Robotics is a fun way to delve into DC
circuitry and digital logic. For this project, you will use the
learned in previous weeks to assemble a car that follows a line.
The car can follow the line by using infrared (IR) sensors to move with the absence or presence of infrared light. The sensors used in this tutorial have been modularized for you.
These modules consist of an IR transmitting light emitting diode (LED) that emits only infrared light, an IR phototransistor, a potentiometer, a dual differential comparator chip,
and two regular LEDs; one to indicate power, and another to indicate a change is detected.
The IR phototransistor is a diode with a special
coating that only lets infrared light pass through. It acts as a
resistor that is affected by the amount of light that
with a resistance of around 1k ohms when light is detected, and around 1 million ohms when no light is detected.
A potentiometer is a type of resistor that has a
that can dimmed or enhanced by turning a knob. It's being used in this
circuit as an open amplifier, or "op-amp," for an open loop gain.
The open loop gain being so high is what keeps the output voltage of the comparator at an extreme; converting the output to discrete, digital outcomes of low, 0V, and high, maximum voltage.
The dual differential comparator chip is being
used to convert the
signal of the IR phototransistor from an analog signal to a digital
signal by comparing the reference voltage, from the voltage dividing
to the voltage being sent from the phototransistor, and amplifying the difference to the closest extreme value.
Digital signals have discrete potential values
that are used to
the potential is low, at 0 volts, it sends a 0, and when the potential
is high, at the maximum available voltage,
it sends a 1. Because of this, the signal comes out as a square wave on a timing chart. The diagram could look like this:
Analog signals are not discrete in potential, and
can look like
triangle waves when plotted over time; which could look like this:
The signal from the module is sent to a driver. The driver uses digital logic to control the motors. The driver then executes the logic through the motors.
The logic the driver uses for the different steering movements are shown in the figure below:
American Journal of Physics85, 333 (2017); doi: 10.1119/1.4979648
This figure is a snippet from a PDF that can be
found here. It has more details about this project.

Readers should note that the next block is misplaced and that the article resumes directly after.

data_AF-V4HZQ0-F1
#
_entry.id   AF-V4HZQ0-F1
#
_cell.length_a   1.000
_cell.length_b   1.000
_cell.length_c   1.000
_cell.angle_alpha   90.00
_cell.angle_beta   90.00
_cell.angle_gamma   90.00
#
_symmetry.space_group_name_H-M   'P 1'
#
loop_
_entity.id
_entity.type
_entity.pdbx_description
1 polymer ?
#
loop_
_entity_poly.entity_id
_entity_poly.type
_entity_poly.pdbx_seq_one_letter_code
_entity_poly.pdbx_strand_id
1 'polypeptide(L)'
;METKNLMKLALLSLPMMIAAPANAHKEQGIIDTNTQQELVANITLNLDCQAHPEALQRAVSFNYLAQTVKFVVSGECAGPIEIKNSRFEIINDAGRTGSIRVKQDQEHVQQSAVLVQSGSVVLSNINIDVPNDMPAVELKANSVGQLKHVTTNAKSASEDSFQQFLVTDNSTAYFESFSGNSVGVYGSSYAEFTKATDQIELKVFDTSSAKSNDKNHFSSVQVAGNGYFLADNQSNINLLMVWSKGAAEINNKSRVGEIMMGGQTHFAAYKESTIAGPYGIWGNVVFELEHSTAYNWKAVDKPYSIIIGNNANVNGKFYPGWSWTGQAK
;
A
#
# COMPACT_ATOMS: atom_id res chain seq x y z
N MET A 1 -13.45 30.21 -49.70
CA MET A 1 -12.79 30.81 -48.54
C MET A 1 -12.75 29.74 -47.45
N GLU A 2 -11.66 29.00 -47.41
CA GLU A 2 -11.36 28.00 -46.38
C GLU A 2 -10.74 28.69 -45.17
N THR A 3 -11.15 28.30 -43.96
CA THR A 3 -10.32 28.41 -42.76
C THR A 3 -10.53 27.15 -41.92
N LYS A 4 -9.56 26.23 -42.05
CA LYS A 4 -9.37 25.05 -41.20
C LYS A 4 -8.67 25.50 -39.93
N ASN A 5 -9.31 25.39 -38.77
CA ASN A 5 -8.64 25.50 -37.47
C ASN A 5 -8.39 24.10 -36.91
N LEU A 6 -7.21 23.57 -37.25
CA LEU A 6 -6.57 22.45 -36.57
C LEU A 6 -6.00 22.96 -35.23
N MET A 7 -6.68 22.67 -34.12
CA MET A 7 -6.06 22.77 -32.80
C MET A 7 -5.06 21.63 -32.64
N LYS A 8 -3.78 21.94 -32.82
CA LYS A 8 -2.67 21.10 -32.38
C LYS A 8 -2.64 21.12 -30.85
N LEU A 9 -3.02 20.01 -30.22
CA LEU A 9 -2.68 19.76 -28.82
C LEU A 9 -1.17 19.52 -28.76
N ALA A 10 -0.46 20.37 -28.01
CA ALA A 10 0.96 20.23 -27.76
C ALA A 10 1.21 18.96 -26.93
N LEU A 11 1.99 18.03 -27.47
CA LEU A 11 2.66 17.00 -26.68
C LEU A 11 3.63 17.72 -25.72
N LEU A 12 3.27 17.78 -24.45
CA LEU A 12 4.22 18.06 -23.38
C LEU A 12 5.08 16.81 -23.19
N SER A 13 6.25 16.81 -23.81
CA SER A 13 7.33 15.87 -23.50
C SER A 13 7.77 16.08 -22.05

|M3 nut pieces
|M3 washer pieces
|Hammer Caster Wheel
|Deceleration DC Motors
|Wire for Connections
|IR Sensor Modules
|I2C L293D Driver
Attach an encoder disc to a protruding arm of each
deceleration DC motor. The motors look like they have a button on a
are not buttons, but you can use them to orient your motors on the
Have them facing away from each other and put the encoder discs on the arms that will be facing each other as shown in the figure below.
After the battery pack is secured, attach the IR
modules to the front of the car. To do this, we need to use the four
standoffs, four M3 washers, two M3 nuts, and two M3*5 bolts.
Connect two standoffs to each other. This offsets the sensors closer to the ground while leaving room to access the potentiometer. This will help when troubleshooting and calibrating the sensors.
Install the standoff to the chassis by inserting the skinny end into the long hole that is outlined with purple, as shown, from underneath the frame. Add another washer to the topside, and secure it with a nut.
Once the standoffs are secure, the sensor modules can be mounted. With the IR LED and photoreceptor facing downwards, align the hole with the standoff from underneath the car,
and secure it to the standoff with the M3*5 bolt. Use a screwdriver to secure the bolt. Small pliers may be used to secure the nuts on the topside of the car.
A demonstration of this can be found in the video
The circuit of the car will be as shown in the
figure below. The
details of the
IR sensor modules and power supply are not shown here,
as they are being treated as black boxes in this schematic.
The rectangle labeled "5V" represents the power
supply; The power supply is composed of the battery pack that holds two
and a DC-DC converter. This converts a power supply of up to 12V down to either 5V or 3.3V. We will be using the 5V option in this circuit.
We will be converting the 7.4V supply down to 5V to control the speed of the motors.
The modules should have the pins labeled for you.
The pin labeled
"VCC" will power the module's circuit, and the pin labeled
"GND" will ground the sensor's circuit.
The pin labeled "DO" will send the output as a digital signal. The pin labeled "AO" will output the signal as an analogue signal; we will not be using this pin.
The pin-out maps of the inverter and driver are as shown in the figures below.
For the driver:
Here is a demonstration of the car following the
black lined track both clockwise and counter-clockwise: